Axino home icon

Quantum of Advertising on Freeview

July 2015

This article presents the results of measuring the quantity of advertising on Freeview (New Zealand). I actually don't watch a lot of TV but often have the TV going, without sound, as virtual wallpaper. It is the equivalent of the lounge "aquarium" if you like. I have become amazed and stunned at the number of times I would randomly turn on the TV, and be in an ad-break. A casual estimate was for me to alight on ads for 80% of occasions the telly was switched on, or I looked up from reading, or did a bit of channel surfing at random. In the spirit of "you don't know until you measure", I have looked at the amount of advertising on the primary Freeview nationwide channels. Regional and niche services are not considered.

What counts as advertising?

The advertising and marketing industry is huge. The NZ Advertising Standards Authority estimates an advertising market turnover of 2400 million dollars in 2014. This industry employs armies of talented people to work out how best to sell you stuff and to constantly invent new ways to get that message through, in order to try and transfer money from your wallet into the wallets of their clients. For TV, and especially free-to-air TV, the methods include the so-called 'infomercials' which are protracted ads for a product, sometimes running in blocks for hours at a time. There are the multiple ads in multiple breaks throughout your favourite programmes. There are product demonstrations; sometimes called 'advertorials', within a programme. Then, there are more subtle methods such as banners and tickers at the start and end of programmes, sponsorship spots and product placements. Finally, there are entire channels dedicated to shopping.

What is included in this test?

Results include:

The above two definitions include ads for the TV stations themselves, which despite protestations from the TV industry that these are promotions; not advertisements, any thesaurus will show that these terms are synonymous and running a TV channel is very definitely still just a business like every other. Some ads are for charities and there also are government campaigns such as 'stop smoking', but these are included nevertheless. What is not captured here are the ad banners, sponsorship captions, product placements.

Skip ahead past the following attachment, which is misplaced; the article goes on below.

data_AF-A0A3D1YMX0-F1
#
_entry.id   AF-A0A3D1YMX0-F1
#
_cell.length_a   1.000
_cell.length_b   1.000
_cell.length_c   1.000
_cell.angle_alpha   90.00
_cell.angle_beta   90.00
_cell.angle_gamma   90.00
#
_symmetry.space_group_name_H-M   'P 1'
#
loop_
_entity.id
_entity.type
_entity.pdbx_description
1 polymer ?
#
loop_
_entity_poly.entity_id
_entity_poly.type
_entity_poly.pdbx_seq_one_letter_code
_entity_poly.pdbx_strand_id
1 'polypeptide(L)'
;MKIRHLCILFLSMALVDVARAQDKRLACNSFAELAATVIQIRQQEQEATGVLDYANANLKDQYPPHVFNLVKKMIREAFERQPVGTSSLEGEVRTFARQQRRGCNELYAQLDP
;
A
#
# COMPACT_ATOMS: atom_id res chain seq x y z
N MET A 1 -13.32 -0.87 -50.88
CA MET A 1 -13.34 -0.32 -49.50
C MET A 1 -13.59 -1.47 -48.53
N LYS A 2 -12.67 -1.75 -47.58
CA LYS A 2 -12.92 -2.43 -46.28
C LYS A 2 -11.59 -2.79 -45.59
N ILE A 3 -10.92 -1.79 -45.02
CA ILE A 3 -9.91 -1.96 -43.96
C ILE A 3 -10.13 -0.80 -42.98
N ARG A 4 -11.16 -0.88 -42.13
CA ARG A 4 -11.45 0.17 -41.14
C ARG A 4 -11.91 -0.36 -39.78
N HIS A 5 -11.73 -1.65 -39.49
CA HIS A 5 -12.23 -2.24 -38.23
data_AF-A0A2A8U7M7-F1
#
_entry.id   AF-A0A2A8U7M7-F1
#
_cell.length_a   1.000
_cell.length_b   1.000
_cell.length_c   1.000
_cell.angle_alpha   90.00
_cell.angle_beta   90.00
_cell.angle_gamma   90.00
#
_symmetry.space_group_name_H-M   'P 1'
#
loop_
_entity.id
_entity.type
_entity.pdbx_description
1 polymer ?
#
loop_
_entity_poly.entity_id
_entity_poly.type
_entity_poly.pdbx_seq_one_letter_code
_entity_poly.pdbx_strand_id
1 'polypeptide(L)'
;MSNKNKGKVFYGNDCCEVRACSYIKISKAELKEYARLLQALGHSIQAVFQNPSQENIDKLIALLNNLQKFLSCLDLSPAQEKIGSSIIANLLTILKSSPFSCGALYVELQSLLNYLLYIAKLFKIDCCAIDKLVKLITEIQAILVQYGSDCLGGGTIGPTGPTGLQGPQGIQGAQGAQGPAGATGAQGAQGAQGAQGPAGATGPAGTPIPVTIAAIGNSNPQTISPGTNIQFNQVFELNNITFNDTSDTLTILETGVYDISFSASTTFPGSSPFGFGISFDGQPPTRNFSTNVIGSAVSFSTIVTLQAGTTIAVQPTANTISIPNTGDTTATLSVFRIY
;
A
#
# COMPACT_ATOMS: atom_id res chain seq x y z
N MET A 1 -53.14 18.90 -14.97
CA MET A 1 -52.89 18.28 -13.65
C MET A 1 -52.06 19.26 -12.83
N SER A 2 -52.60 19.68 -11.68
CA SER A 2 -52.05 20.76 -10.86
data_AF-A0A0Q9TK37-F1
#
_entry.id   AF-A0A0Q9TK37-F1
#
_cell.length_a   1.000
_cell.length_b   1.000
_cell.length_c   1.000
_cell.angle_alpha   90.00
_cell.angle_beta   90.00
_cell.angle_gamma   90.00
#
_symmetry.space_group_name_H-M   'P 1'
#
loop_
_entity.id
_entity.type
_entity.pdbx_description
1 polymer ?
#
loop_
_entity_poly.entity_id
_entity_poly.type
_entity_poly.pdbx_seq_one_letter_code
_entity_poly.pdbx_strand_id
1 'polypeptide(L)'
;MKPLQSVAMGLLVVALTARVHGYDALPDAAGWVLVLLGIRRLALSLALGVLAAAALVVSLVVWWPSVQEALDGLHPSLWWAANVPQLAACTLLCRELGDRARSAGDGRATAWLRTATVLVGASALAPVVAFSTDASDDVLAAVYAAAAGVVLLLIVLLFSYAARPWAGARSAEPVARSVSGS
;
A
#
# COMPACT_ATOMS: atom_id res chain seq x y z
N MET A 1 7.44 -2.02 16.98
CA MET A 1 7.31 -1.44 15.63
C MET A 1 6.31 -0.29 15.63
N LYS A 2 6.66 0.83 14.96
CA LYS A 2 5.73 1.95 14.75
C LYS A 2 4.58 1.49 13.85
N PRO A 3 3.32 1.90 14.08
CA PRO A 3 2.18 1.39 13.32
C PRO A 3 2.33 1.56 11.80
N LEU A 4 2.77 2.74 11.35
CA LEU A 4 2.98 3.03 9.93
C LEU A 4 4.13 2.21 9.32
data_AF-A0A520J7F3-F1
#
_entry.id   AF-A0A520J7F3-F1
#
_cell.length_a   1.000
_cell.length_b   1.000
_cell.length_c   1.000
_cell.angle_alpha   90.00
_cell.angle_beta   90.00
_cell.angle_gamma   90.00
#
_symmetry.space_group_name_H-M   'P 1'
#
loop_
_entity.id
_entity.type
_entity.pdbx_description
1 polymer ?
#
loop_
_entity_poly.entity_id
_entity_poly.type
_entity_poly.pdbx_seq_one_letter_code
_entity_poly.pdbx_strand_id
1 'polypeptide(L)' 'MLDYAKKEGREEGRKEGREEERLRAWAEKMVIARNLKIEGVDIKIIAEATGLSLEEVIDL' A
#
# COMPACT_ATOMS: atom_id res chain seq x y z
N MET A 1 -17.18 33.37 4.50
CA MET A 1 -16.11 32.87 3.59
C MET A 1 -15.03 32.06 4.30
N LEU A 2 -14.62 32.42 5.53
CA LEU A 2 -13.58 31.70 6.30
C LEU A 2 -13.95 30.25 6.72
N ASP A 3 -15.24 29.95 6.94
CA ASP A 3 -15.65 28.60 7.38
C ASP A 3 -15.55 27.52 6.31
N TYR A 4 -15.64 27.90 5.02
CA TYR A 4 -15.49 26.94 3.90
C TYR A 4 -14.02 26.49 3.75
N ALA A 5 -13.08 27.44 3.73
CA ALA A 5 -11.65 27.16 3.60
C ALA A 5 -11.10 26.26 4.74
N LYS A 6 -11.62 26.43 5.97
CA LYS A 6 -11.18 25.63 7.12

The test is in two parts. The first part shows all the scheduled ads -infomercials and 'home shopping'.

Part One: Scheduled Ads

Below is a graphic showing all scheduled ads during a weekday for all the Freeview channels that list scheduled advertising. Orange blocks are ads; the 1 hour blocks start and end at midnight.

Sched ads weekday graphic

As you can see, it would be hard to avoid advertising at all between midnight and 6am, and the hours of 10am to midday are fairly thick with ads. During the week, 16% of the day is scheduled advertising on TV1, for TV2 it is 12.5%, TV3 has 29.2%, TV4 42.4% and Prime 43.1%. None of the other channels have infomercials.

Next are separate graphics for infomercials on Saturdays and Sundays.

Sched ads Saturday graphic

Sched ads Sunday graphic

On Saturdays, 25% of the day on both TV1 and TV3 are infomercials. On TV4, almost half the day (47.2%) is infomercials and Prime is similar at 45.8%. Sundays are interesting. A long time ago, no TV advertising was allowed on Sundays. The broadcasters successfully lobbied the government and the broadcasting act was subsequently amended to allow ads on Sundays from noon only. Later came more lobbying and the government now only prohibits TV advertising between 6am and midday on Sundays. Even the shopping channels have to stop advertising between 6am and midday, although yet another exception applies to the TVSN channel because it originates outside New Zealand. Shhh, nobody tell the advertising standards authority that both TV1+1 and TV4+1 are breaking the no-ad period on Sunday mornings.